Report: Rocky road ahead for Canadian manufacturers
Despite widespread optimism about the future, Canadian mid-sized manufacturers are in for a rocky ride during the n...
May 30, 2005 by Canadian Plastics
Despite widespread optimism about the future, Canadian mid-sized manufacturers are in for a rocky ride during the next few years, according to a new survey.
‘Manufacturing Insights 2005: A Global Comparison,’ released last week by Grant Thornton LLP, indicated that 81% of Canadian mid-sized manufacturers are optimistic about the future. Data from the US, however, revealed something different. Only 63% of US respondents reported being slightly optimistic about the future, while zero respondents reported being very optimistic.
Grant Thornton surveyed over 100 Canadian mid-sized manufacturers and 900 mid-sized manufacturers from other countries.
“With Canadian manufacturers so dependent on the health of the US economy, they can’t afford to ignore the fact that US respondents are indicating that there may be tough times coming,” said Bruce Byford, national manufacturing and distribution sector leader at Grant Thornton, in a statement.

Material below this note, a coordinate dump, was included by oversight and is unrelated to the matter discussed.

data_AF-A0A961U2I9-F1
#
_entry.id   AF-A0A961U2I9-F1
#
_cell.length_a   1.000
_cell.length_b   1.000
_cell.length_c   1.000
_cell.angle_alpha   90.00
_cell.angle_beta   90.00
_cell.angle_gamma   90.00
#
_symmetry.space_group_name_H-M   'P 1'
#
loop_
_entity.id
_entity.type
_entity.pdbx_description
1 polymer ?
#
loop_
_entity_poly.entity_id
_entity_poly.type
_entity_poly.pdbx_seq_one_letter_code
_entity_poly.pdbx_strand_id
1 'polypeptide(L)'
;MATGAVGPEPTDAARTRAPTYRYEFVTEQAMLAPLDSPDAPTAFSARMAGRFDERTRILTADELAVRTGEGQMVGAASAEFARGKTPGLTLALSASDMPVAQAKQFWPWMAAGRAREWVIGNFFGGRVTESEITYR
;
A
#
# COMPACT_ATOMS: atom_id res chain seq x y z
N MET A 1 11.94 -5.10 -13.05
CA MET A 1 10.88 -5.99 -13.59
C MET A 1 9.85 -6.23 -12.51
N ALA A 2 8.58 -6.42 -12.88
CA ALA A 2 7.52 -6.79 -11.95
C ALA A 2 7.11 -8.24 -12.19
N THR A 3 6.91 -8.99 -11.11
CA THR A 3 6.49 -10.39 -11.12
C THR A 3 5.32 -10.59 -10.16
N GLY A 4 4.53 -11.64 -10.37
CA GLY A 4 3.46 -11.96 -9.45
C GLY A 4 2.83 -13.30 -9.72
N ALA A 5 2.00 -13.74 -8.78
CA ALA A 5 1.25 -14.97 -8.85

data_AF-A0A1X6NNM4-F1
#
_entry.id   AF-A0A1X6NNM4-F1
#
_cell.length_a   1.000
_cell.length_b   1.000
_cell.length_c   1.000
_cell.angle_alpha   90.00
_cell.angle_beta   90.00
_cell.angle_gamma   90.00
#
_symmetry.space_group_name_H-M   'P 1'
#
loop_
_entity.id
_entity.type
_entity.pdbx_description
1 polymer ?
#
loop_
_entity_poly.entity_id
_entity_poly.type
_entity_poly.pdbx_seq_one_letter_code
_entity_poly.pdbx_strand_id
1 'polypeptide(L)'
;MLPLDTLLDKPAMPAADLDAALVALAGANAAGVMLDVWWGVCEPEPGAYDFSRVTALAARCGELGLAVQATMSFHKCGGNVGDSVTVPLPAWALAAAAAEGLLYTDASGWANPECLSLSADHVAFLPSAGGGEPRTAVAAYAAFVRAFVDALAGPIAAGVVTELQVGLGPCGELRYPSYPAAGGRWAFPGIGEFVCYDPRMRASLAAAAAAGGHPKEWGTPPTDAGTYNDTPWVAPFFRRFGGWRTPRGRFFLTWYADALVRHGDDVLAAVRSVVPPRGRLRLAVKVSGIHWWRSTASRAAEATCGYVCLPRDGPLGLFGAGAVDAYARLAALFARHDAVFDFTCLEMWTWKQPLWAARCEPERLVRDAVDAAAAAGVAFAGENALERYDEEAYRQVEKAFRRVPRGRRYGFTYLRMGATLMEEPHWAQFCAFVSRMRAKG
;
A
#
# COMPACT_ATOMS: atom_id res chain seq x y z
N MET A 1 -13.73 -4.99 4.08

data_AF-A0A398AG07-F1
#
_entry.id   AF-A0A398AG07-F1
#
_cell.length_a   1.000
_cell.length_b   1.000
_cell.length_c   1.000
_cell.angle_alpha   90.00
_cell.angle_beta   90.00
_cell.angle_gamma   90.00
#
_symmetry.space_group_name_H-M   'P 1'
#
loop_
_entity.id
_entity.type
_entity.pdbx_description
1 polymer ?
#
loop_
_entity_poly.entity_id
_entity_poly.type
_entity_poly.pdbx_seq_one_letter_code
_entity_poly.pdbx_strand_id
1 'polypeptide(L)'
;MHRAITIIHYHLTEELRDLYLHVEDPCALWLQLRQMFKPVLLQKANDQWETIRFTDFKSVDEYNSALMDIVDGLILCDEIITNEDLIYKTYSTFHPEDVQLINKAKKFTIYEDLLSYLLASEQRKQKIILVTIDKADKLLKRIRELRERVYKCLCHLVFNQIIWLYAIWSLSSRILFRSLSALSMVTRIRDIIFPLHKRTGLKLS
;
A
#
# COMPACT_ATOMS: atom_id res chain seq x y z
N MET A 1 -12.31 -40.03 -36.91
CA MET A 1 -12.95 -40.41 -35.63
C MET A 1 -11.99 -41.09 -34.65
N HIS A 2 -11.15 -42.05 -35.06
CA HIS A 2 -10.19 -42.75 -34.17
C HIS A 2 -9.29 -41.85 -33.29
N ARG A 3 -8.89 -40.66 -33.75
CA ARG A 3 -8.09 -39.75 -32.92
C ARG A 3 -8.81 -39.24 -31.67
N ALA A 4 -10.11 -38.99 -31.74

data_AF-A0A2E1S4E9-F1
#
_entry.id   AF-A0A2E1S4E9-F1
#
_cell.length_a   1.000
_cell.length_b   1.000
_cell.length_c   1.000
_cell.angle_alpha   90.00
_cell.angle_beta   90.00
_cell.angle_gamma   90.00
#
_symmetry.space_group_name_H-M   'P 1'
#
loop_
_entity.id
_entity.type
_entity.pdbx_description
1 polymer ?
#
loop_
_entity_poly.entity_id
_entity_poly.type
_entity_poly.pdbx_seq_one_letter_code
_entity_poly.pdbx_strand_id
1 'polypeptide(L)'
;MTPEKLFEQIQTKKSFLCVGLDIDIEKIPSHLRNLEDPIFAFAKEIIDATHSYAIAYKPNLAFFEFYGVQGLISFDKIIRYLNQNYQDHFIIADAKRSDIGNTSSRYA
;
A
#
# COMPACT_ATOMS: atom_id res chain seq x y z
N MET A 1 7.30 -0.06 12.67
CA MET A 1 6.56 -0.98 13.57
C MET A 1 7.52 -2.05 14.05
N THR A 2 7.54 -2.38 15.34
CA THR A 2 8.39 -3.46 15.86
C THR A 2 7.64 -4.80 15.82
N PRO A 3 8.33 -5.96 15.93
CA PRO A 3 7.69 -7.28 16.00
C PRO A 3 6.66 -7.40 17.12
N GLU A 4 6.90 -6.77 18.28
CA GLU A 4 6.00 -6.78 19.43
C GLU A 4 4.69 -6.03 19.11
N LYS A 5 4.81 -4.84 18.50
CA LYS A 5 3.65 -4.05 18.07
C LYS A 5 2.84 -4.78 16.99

However, due to the current low interest rates and the relative strength of the Canadian dollar, now is a good time for manufacturers to invest in technology and machinery, Byford said. According to the survey, 45% of
Canadian manufacturers plan to increase their workforce in 2005, and 55% plan to invest more money in plants and machinery.
“But Canadian manufactures should look within their organizations to determine how they can increase productivity without capital investment by improving processes, management systems and management techniques,” Byford noted.
As well, Byford said Canadian manufacturers should start expanding their global operations. Right now, about 80% of Canadian exports go to the US, and if Canadian manufacturers continue down this path, they risk benefiting only indirectly from global demand, through dealings with US firms, rather than directly through global markets, the report said.
“With a combined population of over two billion people in China and India, it is safe to say that this may be the most significant growth opportunity facing Canadian manufacturers in recent times,” Byford said.